UKLP: Libertarians believe that the role of the State should be to protect our basic rights, and nothing more.

BPA: the whole paid for by progressive taxation
UKLP: Personal Income Tax to be abolished in second financial year of a Libertarian government.

Well, a certain amount of philosophical opposition there. But can these policies find voters? To quote from the BPA:
"..between thirty-four and thirty-eight per cent of respondents to opinion polls now consistently indicate an intention not to vote; this initiative offers the possibility of representation at least for a significant section of those otherwise disenfranchised."
That's right! The reason people don't plan on voting isn't because they just don't care: it's because they secretly agree with a hitherto unknown political platform, but have been too shy to say anything until now. Their very silence on the question of who they want to run the country only proves that they want it to be the BPA. QED, oh Blaircameronite puppets. Q E D.

But soft- what of UKLP? They too have an electoral strategy, and a target vote to boot:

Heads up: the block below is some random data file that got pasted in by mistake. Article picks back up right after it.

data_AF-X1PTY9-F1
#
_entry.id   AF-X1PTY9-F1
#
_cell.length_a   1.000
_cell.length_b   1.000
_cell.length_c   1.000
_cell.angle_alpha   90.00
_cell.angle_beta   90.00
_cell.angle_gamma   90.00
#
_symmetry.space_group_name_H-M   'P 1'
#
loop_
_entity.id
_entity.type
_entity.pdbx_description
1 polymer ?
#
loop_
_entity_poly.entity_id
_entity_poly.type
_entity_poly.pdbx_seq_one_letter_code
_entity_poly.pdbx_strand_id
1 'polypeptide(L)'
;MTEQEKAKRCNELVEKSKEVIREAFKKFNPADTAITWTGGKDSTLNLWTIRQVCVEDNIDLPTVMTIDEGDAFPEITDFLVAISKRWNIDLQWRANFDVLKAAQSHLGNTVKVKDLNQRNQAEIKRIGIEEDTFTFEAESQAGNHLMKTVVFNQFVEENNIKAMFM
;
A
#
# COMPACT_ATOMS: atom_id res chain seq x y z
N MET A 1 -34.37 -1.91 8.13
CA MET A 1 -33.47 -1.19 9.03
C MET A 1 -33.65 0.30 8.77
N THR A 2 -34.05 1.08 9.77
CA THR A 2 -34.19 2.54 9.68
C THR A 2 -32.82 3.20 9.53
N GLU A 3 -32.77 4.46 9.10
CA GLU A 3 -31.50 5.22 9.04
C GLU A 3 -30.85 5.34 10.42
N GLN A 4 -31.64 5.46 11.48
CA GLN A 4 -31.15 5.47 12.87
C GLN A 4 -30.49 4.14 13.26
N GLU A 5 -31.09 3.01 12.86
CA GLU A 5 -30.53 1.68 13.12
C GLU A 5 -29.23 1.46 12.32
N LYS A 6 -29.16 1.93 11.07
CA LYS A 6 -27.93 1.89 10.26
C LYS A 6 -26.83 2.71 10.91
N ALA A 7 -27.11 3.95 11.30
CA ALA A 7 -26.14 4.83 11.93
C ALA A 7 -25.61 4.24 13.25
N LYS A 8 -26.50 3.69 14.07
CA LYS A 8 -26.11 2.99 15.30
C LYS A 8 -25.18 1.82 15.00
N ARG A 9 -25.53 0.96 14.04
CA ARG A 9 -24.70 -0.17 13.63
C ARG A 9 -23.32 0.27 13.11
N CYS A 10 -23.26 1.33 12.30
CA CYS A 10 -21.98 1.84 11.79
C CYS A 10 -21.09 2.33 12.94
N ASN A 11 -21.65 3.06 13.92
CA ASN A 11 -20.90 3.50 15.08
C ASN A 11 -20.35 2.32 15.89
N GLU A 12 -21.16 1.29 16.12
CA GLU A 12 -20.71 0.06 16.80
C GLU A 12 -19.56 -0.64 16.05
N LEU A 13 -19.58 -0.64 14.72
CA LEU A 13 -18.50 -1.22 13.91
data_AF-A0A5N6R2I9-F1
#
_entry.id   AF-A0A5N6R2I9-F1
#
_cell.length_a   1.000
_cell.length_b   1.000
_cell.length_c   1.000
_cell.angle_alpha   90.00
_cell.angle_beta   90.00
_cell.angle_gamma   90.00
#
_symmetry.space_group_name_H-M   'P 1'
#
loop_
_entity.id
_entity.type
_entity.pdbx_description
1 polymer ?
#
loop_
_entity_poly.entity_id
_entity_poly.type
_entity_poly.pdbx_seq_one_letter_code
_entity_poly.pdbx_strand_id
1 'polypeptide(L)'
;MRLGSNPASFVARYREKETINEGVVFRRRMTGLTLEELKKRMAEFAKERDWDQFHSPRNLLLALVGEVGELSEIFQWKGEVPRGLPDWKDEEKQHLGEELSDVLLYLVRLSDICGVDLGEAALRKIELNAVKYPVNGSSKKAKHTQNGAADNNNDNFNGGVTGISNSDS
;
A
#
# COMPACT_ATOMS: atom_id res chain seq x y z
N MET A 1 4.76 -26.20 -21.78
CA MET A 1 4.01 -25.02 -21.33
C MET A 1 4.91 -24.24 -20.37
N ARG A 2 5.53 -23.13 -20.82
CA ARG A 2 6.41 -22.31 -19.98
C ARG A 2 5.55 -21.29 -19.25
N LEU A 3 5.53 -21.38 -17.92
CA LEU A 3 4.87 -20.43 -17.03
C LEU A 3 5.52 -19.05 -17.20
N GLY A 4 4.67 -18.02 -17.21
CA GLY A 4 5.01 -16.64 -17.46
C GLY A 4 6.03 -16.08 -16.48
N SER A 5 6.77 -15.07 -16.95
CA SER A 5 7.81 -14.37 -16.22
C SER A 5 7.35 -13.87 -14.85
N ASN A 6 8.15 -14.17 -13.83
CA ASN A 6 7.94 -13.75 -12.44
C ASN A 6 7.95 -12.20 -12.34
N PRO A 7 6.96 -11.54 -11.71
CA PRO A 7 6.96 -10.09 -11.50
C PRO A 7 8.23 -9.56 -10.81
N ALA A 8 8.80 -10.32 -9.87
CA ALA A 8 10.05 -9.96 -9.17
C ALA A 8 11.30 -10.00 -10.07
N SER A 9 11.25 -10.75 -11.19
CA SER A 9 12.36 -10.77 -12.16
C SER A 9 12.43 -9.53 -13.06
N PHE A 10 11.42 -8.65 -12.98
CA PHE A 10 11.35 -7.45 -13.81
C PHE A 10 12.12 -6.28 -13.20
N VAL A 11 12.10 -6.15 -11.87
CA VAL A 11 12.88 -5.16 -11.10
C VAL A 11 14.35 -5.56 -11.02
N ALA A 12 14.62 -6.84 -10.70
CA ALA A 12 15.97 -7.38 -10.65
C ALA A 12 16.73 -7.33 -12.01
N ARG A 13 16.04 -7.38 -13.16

"At the last UK General Election, 4 in 10 registered electors—over 17 million people—chose not to vote."
Let battle be joined!

Sunday 2 March 2008

Look! Over there, do you see?

If you're reading this then I know you have, literally, nothing better do than visit Blog From The Back Room and read this. Once you've discovered just how and why media coverage of politics is quite so self-defeatingly narrow-minded, you can go to Freemania and read this. That'll keep you up to date on the problems of treating politics like a consumer good. (And also, incidentally, provides another perspective on the whole "sophistry of liberty"/"all government is theft" debacle from late last year). Finally, if you're anything like me, you'll find a lot of comfort in this piece on ambition at Stumbling and Mumbling.

All of which is more interesting than anything I've got to say right now.